ASIC said the partnership with the FCA comes after both organisations set up innovation hubs in an effort to help start-ups navigate financial regulation and gain authorisation.
As part of the agreement, ASIC and the FCA will refer to each other when a business is looking to enter either of their markets. They will also share information on emerging market trends and the impact on regulation.
FCA's innovation hub has supported more than 200 businesses and authorised 18, while ASIC has worked with more than 75 start-ups and gave licences to 10.
The fintech industries in the UK and Australia are estimated to have revenues of around $12.5 billion and $1.3 billion a year respectively.
“Innovation in financial services isn't limited by national borders and so it's important that we support overseas businesses that have new ideas that could benefit British consumers,” FCA director of strategy and competition Christopher Woolard said.
“We also know that many British firms wish to use the UK as a springboard to launch their businesses or products internationally, making them potentially more sustainable challengers. That is why this agreement – the first of many, we hope – is important.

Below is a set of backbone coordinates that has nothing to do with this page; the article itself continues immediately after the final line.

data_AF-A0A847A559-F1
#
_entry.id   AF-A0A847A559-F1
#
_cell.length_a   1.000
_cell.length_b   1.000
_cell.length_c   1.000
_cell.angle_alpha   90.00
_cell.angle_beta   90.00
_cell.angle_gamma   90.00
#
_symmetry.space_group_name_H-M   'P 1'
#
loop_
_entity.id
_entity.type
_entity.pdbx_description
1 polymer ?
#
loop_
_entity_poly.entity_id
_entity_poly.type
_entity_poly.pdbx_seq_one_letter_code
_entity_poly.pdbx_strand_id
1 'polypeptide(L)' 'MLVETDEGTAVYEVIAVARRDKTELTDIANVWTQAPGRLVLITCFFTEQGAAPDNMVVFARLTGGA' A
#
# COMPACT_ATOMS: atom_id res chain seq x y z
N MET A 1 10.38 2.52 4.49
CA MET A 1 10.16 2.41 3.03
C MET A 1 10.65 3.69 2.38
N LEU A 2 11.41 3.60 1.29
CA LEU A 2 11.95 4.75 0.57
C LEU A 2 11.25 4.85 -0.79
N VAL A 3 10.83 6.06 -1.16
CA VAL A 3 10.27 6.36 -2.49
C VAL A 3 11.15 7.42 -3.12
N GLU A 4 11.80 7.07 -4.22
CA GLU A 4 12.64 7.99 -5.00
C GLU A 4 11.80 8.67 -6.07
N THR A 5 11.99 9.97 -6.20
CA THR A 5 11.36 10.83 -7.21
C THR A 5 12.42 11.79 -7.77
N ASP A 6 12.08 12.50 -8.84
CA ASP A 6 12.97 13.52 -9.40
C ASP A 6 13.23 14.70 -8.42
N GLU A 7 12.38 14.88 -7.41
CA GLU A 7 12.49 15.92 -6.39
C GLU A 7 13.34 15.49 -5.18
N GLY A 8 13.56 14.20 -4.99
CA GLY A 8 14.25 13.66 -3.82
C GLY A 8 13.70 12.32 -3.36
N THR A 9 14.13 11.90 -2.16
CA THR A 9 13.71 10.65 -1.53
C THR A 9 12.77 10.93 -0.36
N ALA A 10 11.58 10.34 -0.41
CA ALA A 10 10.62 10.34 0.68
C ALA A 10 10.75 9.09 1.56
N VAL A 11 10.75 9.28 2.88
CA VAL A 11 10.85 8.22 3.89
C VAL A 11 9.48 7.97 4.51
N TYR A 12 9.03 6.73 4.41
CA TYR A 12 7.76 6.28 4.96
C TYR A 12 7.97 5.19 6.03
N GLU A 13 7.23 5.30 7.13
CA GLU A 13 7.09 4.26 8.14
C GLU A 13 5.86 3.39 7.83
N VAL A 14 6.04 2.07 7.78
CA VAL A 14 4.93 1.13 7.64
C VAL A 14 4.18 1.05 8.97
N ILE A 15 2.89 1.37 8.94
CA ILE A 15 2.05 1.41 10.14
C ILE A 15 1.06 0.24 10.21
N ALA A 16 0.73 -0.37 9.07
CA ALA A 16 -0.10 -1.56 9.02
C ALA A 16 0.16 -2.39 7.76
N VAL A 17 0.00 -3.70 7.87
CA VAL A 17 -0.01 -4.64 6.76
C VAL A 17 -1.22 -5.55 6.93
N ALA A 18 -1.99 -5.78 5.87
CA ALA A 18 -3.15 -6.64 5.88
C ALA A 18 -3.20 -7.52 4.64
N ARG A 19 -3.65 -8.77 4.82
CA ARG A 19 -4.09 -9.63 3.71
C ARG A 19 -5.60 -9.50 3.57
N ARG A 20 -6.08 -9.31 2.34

“With ASIC, we will reduce the barriers for authorised firms looking to grow to scale overseas and to assist non-UK innovators interested in entering the market we oversee.”
ASIC chairman Greg Medcraft echoed the sentiment, adding that encouraging innovation in Australia has the potential to benefit consumers.
“Since ASIC launched its innovation hub last year, we have seen a surge in requests by fintech start-ups seeking assistance about how to navigate the regulatory requirements,” Mr Medcraft said.
“In particular we have dealt with robo or digital advice, crowd-sourced equity funding, payments, marketplace lending and blockchain business models. It is very exciting to observe and clearly some business ideas will want to scale up internationally.”